When trying to put your message across on your most valuable skills and abilities, it can be hard not to use the same language you’ve heard a million times and probably think that they look good on your CV.
You start thinking about your ability to work under pressure, your hard working skills without mentioning ‘a great communicator who works well alone or as part of a team’.
See, recruitment managers and employers in general want to see something fresh that talks more about yourself as a person or your personality. They don’t want to feel impressed or wowed.
Now, this only means that the language you use on your CV can have a huge bearing on whether or not you make the interview shortlist.
For instance, if you are a team leader, you may automatically feel the need to include ‘excellent leadership skills’ on your CV.
Watch This Video >>> 6 Crucial Things Employers Want To See In Your CV
Instead, using action verbs like Oversaw, Planned, Produced or Programmed to communicate your successes is one of the simplest ways to help your CV stand out.
Here is a list of clichés to wipe out from your CV
1. Curriculum Vitae!
This is probably the most common CV cliché of all times you must accept.
Unless you’ve decided to encrypt the content, I would say it’s obvious that your CV…is a CV.
It would be awkward to see ‘newspaper’ above the headlines in Nation or standard newspapers, so why feel the need with your CV?
Make your name the title. Own it!
2. I am a fast learner
This especially comes in handy when you want to fill in for a certain skill that you lack.
However, remember as we said, if you want to really demonstrate your excellent intellectual skills and abilities, you need to put your money where your mouth is.
Describe a time you grasped a new concept quickly.
3. I’m an excellent team-player and can work independently
We understand that you might want to kill two birds with one stone.
But will this really set you apart?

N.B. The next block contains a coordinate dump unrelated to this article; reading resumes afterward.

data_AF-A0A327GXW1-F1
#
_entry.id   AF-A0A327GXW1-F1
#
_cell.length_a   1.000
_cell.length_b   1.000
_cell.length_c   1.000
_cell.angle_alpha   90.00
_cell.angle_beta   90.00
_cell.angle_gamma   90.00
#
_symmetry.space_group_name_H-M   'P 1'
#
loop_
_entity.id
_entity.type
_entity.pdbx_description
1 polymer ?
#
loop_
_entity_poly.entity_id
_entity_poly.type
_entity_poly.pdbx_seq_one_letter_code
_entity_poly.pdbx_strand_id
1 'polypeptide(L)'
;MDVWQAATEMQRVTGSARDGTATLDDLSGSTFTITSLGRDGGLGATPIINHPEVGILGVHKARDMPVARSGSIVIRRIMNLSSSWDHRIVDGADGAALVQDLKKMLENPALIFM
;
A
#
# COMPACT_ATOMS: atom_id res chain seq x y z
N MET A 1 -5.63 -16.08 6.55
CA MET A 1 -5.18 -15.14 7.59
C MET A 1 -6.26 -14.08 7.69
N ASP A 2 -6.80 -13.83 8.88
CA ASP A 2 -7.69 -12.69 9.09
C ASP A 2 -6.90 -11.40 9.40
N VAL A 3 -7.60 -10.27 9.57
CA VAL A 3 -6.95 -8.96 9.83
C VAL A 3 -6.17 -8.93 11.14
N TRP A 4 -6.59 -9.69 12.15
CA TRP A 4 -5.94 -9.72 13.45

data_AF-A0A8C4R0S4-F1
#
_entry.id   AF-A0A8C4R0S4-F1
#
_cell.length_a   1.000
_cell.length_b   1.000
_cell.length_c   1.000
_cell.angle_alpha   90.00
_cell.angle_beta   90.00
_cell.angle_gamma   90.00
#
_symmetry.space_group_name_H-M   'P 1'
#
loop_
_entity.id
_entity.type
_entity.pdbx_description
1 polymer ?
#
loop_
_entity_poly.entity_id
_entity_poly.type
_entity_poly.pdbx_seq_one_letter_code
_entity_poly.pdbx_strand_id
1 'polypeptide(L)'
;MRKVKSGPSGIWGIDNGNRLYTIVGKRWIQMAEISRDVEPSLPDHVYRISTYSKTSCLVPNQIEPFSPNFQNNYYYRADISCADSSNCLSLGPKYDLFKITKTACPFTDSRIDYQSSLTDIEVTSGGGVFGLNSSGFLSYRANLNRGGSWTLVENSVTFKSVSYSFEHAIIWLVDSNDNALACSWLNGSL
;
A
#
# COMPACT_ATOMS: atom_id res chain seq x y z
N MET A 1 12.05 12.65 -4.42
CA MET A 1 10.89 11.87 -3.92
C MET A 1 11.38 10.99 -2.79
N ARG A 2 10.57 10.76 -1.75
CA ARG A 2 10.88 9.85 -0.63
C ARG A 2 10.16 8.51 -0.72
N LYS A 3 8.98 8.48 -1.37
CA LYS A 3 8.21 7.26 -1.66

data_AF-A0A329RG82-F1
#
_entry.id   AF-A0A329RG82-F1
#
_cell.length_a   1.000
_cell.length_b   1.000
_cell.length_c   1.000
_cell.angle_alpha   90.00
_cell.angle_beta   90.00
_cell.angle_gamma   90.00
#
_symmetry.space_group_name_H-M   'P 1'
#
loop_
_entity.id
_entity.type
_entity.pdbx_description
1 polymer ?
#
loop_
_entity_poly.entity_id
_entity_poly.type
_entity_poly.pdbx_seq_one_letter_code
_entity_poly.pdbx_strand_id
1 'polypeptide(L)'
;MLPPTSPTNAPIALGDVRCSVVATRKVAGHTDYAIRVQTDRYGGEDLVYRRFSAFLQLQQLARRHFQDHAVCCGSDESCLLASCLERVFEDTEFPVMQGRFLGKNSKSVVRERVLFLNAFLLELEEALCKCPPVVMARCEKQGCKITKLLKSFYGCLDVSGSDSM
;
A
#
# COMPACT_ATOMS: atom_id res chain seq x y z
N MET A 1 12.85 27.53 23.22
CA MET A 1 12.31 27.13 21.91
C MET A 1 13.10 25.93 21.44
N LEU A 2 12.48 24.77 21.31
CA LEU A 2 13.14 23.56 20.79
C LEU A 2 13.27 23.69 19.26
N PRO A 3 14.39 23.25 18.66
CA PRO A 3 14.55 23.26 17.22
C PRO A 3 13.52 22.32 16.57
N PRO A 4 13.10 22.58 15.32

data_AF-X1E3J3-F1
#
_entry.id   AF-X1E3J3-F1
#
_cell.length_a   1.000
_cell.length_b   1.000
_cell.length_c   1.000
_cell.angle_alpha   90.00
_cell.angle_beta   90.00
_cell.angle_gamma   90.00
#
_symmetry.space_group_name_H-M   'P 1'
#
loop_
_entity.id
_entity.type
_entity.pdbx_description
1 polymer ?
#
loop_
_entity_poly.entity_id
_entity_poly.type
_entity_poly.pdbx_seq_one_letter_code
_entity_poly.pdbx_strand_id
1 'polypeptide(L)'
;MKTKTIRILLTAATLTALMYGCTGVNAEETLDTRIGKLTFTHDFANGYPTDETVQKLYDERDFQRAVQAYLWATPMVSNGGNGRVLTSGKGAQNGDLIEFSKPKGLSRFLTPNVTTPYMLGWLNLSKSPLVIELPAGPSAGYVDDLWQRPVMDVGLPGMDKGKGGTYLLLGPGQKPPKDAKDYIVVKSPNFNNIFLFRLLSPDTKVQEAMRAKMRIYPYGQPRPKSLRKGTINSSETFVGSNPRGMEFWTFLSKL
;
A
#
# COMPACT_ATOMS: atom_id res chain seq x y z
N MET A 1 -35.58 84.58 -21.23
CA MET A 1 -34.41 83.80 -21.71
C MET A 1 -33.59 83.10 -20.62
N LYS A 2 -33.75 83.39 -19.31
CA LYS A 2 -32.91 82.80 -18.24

Any strong candidate will be expected to be able to do this; therefore this doesn’t really add any value to your application.
And this one really sets employers teeth on edge. It’s just lazy drivel.
Employers do want to see evidence that you can work collaboratively and autonomously, but they won’t be convinced by such a hollow phrases alone.
4. Highly motivated
Another one to add to the “so what” pile.
Again, what’s the alternative? You’re hardly going to announce your chronic lateness and tendency to pull all-nighters! Employers will generally assume you’re motivated by virtue of your application.
By all means use the ‘m’ word, but think in terms of nouns and not verbs. For instance, you can say something like, “I’ve proven my motivation for a digital marketing, through active participation in a Google digital skills programe, a free online courses that offers guide from search engines, to social media and beyond. “.
Spot the difference?
Let’s do this together. Send an email to firstname.lastname@example.org for a professional CV and let us help you get you those interview calls.
Judith Moraa is a Communication Assistant at Corporate Staffing a leading HR firm that offers recruitment and FREE job placement. For more information visit their website on www.corporatestaffing.co.ke